Mexican Peso Weakens for 3rd Straight Day vs. Dollar
The Mexican currency fell past 600 pesos to the dollar Thursday in the third straight day of a marked deterioration of its value.
Prevailing rates on the free market were 635 pesos for those wanting to sell dollars and 640 to buy one.
The rates were up sharply from Wednesday’s quotes of 585 and 595. The peso briefly slipped past the 600 mark Wednesday morning at some exchange houses before strengthening later in the day. It was the first time that the peso’s value had weakened to that level.
The free-market rate is used in tourism and for most border and private transactions.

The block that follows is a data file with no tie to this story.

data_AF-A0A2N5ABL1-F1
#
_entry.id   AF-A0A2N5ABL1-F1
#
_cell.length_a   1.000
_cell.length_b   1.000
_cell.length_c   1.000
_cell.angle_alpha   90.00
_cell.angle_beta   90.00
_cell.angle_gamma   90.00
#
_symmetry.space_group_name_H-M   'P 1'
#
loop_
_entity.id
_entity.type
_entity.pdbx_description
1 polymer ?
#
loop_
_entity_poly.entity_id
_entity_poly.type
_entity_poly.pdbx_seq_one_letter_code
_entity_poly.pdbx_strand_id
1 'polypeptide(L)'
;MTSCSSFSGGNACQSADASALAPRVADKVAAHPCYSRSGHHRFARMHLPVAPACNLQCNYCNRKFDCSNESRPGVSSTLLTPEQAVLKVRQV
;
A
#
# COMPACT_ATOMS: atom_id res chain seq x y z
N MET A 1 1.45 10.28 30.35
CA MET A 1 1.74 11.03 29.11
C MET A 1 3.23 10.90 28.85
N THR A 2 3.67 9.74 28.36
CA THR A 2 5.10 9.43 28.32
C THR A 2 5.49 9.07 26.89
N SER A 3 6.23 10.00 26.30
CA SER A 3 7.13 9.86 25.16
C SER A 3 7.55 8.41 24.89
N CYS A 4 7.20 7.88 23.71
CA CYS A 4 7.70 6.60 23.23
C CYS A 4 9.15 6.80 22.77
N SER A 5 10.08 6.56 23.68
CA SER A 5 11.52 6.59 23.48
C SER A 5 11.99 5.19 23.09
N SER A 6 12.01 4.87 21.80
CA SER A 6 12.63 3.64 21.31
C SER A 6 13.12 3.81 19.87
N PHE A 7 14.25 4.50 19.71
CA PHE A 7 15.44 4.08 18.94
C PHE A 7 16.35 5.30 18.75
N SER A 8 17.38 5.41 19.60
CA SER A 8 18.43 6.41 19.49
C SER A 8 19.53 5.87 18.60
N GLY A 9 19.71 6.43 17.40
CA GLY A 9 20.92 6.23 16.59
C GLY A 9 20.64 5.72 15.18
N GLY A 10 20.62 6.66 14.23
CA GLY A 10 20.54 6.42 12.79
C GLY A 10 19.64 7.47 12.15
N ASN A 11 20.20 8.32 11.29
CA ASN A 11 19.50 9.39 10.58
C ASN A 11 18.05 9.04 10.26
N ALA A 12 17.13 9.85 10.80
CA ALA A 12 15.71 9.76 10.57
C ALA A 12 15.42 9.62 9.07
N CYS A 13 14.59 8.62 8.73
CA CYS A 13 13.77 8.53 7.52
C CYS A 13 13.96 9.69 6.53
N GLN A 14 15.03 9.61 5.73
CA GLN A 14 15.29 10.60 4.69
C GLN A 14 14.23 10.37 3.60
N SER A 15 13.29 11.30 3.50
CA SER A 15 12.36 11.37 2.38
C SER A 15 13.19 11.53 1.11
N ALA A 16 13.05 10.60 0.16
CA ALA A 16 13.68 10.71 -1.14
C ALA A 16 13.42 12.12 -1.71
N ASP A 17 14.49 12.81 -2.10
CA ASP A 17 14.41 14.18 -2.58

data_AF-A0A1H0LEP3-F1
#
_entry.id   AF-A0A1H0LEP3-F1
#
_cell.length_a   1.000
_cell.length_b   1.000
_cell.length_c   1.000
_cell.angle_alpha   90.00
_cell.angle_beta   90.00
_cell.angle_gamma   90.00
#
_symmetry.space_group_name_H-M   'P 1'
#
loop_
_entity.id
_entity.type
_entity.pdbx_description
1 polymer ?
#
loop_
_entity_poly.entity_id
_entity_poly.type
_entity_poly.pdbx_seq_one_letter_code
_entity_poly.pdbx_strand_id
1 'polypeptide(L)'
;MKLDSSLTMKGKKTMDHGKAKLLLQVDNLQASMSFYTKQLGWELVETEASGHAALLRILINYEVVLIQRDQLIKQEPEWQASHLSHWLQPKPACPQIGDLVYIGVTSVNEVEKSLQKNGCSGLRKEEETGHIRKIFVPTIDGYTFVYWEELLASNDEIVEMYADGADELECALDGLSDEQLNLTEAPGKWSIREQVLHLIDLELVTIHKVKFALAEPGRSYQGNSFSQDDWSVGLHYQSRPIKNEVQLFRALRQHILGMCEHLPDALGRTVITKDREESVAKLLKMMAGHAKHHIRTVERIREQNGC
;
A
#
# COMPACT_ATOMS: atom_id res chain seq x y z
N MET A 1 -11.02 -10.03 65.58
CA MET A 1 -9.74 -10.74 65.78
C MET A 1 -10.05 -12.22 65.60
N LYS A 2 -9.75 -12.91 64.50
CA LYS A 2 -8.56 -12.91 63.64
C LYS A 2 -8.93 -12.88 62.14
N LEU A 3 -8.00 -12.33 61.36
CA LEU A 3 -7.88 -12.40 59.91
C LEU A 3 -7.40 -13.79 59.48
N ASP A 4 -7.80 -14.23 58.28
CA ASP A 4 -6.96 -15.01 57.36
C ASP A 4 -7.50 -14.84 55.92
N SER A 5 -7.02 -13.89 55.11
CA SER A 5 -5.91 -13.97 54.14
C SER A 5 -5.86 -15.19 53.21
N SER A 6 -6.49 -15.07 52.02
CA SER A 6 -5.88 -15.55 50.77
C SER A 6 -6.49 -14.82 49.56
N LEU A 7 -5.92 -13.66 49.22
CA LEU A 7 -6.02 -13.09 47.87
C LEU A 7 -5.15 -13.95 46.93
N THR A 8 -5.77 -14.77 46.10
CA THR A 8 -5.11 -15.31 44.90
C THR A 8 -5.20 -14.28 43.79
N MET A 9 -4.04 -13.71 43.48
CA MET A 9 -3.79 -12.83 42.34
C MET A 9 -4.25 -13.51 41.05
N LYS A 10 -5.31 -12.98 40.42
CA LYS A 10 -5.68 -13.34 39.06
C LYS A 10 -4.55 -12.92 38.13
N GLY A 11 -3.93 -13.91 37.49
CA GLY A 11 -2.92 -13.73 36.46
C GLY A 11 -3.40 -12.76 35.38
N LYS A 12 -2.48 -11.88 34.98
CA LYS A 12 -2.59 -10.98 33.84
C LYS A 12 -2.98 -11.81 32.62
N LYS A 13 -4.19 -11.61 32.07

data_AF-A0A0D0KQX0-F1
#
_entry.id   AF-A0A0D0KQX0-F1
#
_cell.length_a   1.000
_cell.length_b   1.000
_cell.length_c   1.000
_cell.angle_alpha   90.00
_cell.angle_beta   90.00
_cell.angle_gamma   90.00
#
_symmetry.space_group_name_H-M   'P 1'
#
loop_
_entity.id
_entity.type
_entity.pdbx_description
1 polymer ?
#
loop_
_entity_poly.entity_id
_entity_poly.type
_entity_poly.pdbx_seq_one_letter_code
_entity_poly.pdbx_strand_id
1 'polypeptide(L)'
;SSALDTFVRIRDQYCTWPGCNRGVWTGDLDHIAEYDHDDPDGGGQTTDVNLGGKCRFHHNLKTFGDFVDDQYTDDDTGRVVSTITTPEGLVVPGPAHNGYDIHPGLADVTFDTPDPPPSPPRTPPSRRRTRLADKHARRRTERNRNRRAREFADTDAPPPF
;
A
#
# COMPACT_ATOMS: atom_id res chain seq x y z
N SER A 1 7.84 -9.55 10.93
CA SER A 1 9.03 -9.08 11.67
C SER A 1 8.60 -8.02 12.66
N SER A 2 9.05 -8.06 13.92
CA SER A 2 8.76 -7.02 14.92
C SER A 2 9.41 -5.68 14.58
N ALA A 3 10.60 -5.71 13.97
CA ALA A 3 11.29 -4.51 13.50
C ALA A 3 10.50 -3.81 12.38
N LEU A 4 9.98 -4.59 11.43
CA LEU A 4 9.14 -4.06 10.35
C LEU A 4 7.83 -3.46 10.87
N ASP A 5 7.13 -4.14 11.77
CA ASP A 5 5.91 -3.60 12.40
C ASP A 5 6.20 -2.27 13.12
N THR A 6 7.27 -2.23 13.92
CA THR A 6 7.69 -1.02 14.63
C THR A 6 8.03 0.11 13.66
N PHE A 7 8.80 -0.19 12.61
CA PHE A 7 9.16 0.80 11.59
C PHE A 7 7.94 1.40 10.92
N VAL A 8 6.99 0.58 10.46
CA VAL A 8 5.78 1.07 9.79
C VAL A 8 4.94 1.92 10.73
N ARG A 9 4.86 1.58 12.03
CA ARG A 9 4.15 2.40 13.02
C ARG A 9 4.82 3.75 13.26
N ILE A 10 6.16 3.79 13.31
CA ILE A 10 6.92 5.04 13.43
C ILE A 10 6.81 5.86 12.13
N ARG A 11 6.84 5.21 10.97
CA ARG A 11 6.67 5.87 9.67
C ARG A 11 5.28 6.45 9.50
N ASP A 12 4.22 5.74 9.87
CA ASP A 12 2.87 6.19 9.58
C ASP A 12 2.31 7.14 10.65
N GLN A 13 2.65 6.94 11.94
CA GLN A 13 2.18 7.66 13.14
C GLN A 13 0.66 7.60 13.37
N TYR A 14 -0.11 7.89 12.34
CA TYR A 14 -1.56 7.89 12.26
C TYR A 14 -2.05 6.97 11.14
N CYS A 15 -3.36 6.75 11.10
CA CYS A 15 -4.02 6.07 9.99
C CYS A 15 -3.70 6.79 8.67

A second rate, set daily by the central Bank of Mexico and representatives of commercial banks, was about 543 on Thursday. The rate is used in about 80% of the nation’s commercial transactions.
It was unclear what forces were driving the latest deterioration in the peso’s value.
Local newspapers have repeatedly reported that the government is set to put in place a series of strong economic measures to reduce interest rates, freeze wages and prices and create a new currency.
Government officials have denied the existence of any such plan, which has been dubbed in the press the Aztec Plan.
There also have been reports of growing concern about the nation’s ability to stay current on its foreign debt of nearly $100 billion.
Gloomy economic news often triggers a rush by investors to change their weak currency into a stronger one such as the U.S. dollar.
The peso has weakened sharply in recent years. It was 445 to the dollar at the start of 1986.